Every now and then I take a random look into the Rules Cyclopedia. Sometimes I find one of those small rules that are part of the game and even good ideas, but not really in harmony with the rest. Here is one of them:
Damage to Magic Items (RC, p. 145)
"Any item may be damaged by rough treatment. Armor and weapons, however, are made to withstand a great amount of punishment. The DM should decide whether an item might be damaged, based on the item and the type of attack and then would make an item damage roll.
Some breath weapons (acid, fire, cold) should require such checks. If the user makes his saving throw against the breath weapon, magical bonuses can be applied to the item's roll.
Long falls (100' or more) should require checks. Pools of acid, rockslides, and other cases of extreme damage should require checks for items carried. A scroll normally need not be checked except against fire damage; you may also include water damage, if desired.
To check for damage to items, roll 1d4 or 1d6 (using 1d6 if the chance of damage is high). If the result is greater than the item's Strength (number of "plusses"), the item is damaged.
Items without plusses may be given ratings for this purpose. Consider:
This roll may be modified; for example, if a character is hit by a rockslide, Dexterity adjustments could be applied to the rolls. If a character tries to break something, Strength adjustments could be applied. No adjustment should be greater than +2. However, adjustments to the chance of survival can be any number of subtractions from the roll. A potion bottle dropped from a tabletop might require a check for breakage, but with a - 2 adjustment (thus, only a roll of 4 indicates breakage).
- any potion or scroll as a + 1 item;
- any wand or staff as a + 2
- and all permanent items (such as rods, rings and miscellaneous items) as +3.
If an item is damaged, it may either be partially damaged or completely destroyed. For items with magical bonuses, one or more points may be lost due to damage (DM's choice). Potions and scrolls should be completely destroyed by any severe damage."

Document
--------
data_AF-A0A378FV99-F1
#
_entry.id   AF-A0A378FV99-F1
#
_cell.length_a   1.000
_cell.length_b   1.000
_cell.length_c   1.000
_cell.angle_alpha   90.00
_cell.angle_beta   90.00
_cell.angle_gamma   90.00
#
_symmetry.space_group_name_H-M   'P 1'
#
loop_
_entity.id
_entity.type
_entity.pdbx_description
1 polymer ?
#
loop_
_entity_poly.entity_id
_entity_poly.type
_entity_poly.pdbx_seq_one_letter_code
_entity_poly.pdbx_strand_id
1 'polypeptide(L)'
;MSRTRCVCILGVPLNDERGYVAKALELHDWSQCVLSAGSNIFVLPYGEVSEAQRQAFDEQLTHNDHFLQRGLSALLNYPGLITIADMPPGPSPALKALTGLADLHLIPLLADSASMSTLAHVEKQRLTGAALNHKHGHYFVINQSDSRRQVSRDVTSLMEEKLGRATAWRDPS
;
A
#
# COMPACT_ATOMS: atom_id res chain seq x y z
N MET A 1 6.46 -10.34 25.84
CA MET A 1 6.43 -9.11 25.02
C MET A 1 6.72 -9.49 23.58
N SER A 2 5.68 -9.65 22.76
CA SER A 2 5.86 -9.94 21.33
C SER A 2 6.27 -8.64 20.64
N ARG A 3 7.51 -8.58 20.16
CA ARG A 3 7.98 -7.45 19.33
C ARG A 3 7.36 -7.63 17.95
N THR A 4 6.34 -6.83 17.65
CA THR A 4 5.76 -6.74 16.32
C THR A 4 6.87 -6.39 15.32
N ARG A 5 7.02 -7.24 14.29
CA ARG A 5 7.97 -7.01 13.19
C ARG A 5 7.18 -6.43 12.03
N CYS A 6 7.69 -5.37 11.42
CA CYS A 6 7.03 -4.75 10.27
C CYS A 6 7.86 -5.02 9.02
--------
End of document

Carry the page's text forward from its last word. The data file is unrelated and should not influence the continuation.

Seems rather simple, but...
... to be honest, it sounds more like something ruled on the spot during play. It leaves a reader with more questions than answers. How are items affected, if damaged (not a sword or a shield, but the other permanent items)? Is it possible to repair that damage? Is it likely (Wizards being busy all the time and all that)? What would it cost?
It doesn't stop there, but instead has huge implications for the game. It makes magic items very fragile, just because it is convenient in the game. Suddenly erosion is a problem. What does time to a magic item? Say, a thousand years?Under the wrong circumstances, scrolls should be dust. Other items might be at least damaged (again with the question what that means) and most likely useless (if not outright dangerous...).
There is more. Reading the description of the eighths level spell Permanence, it's stated, that those items are easier to destroy than other enchanted magic items (and far easier produced, but that's for another post...). Really? A d8, maybe? Anyway, searching in the books section about enchanting magic items, there's nothing to be found about how to repair or destroy them.
Other than for the immediate effects in the game, this is a rather useless rule. And even then, further questions arise. What if the players, those sneaky basterds, nuked a high level NPC with some Fireballs and maybe a Lightning Bolt or two for good measure? Are all those items the NPC holds now (possibly) destroyed? A DM needs to check for everything, every time? Seems a bit fiddly, as soon as huge amounts of magic and damage are flying around.
Now I feel the urge to tackle the problem for my game and see what others did with it. As far as this rule goes? I just wouldn't use it. Item creation in the Rule Cyclopedia is a huge train wreck of unconnected rules and this is part of the problem.
I like the basic idea. 1d4 or 1d6 over the bonus of an item damages it. Ability modifiers and saves may apply, according to the situation. Very simple and fast, but not for magic items. I'd use it for mundane items, with the level of expertise (skill level of the craftsman, 1d10 (1-4 cheap 5-7 normal 8-9 expensive 10 exquisite) for random determination of the items level) as the threshold. Very fragile objects might even get a d8 or a d10.
See also the other parts of this series!
See also the other parts of this series!